If the compiler does not allocate a machine register for a register object, the object is treated as having the storage class specifier auto.

    Using register definitions for variables that are heavily used may make your object files smaller and make them run faster. In object code, a reference to a register can require less code and time than a reference to memory. In C programs, even if a register variable is treated as a variable with storage class auto, the address of the variable cannot be taken.

    Restrictions
    You cannot use the register storage class specifier in file scope data declarations.

    You cannot apply the address (&) operator to register variables.
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  4. #4
    Registered User sean345's Avatar
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    I mean this:

    Code:
    register int f;
    - Sean
    If cities were built like software is built, the first woodpecker to come along would level civilization.
    Black Frog Studios

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    Registered User sean345's Avatar
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    Thanks

    - Sean
    If cities were built like software is built, the first woodpecker to come along would level civilization.
    Black Frog Studios

  6. #6
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    Originally posted by Lynux-Penguin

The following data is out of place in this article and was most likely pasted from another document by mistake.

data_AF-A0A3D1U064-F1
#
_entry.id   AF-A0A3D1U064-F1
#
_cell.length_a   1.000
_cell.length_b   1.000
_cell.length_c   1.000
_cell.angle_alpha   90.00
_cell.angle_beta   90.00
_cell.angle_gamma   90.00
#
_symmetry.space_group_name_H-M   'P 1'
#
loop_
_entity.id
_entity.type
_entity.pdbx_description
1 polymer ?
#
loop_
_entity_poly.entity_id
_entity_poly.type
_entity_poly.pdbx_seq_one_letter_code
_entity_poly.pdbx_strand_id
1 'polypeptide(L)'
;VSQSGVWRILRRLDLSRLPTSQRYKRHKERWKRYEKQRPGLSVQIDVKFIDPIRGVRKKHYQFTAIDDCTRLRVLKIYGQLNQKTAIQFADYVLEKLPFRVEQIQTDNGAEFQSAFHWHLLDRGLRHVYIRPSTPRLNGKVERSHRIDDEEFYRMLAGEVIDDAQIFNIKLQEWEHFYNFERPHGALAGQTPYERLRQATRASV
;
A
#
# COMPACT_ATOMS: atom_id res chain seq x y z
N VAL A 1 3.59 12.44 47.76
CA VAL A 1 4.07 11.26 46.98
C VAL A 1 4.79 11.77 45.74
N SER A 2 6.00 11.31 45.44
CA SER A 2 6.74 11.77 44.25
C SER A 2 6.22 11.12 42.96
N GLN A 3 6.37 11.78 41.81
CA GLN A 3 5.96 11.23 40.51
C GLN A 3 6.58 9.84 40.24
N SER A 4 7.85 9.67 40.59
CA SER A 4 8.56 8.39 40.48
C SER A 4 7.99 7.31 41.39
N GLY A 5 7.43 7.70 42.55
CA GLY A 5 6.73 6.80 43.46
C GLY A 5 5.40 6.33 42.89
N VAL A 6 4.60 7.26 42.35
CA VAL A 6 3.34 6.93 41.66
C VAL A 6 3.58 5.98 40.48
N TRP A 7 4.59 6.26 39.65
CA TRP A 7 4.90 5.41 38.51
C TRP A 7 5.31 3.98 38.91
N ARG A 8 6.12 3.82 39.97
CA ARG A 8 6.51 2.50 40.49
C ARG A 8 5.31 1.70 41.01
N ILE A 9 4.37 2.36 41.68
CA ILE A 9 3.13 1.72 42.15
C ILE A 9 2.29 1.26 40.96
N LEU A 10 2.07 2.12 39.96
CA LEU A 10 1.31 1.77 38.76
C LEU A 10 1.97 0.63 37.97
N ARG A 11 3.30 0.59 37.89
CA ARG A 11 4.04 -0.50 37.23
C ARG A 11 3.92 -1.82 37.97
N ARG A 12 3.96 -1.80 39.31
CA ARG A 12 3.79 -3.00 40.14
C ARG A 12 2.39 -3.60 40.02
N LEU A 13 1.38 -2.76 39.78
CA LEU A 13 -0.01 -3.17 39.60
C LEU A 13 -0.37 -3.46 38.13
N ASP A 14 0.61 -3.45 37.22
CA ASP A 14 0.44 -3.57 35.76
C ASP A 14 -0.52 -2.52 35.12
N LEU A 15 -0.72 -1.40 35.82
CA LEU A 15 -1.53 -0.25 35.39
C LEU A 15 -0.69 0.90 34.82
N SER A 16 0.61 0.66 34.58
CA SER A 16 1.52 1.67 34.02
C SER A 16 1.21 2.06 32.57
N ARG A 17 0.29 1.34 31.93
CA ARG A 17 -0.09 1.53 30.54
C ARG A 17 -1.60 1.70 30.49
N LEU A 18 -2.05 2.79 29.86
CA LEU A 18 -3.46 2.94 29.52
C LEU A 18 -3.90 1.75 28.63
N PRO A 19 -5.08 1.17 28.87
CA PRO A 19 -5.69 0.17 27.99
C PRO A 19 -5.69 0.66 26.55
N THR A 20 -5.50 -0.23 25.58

It is equivalent to the auto storage class except that the compiler places the object, if possible, into a machine register for faster access.
    Basically, it trys to put it directly in the CPU register for quicker math than figuring it out from the memory. My teacher explained it to me once, let's see if I can remember.

    If you try and add two register variables, those variables will essentially bypass going to memory at all, and go straight to the processor's register for number crunching (if there's room). It's micro-seconds faster than typical variables because those must be pulled from memory, put into the register, then spit back into memory.

  7. #7
    and the hat of wrongness Salem's Avatar
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    A largely useless keyword now, given that code optimisers are far better at working out what constitutes 'heavy' use (its not as obvious as it seems sometimes).

    In addition, the best answer will be found each time you compile the code, not when you last sat down and thought about it.

    What may seem a good choice for register on one machine, might be a bad choice on another machine.

    You're also restricted as to what types will go in registers, and you can't point at a register variable (even if it actually isn't in a register).

    Back in history, there was only one C compiler, and it did not have much in the way of optimisation, and this was a hint.

  8. #8
    Registered User stautze's Avatar
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    It makes sence if you were programming a microchip or some thing that has limited or no cache. But all machines today have at least an L1, and most likely an L2 cache. So even if your variable isn't in the register window, it's gonna be close by in one of the cache blocks.

    It sounds more dangerous that useful. It is nice to no its there but I would like to see an application of its usefulness.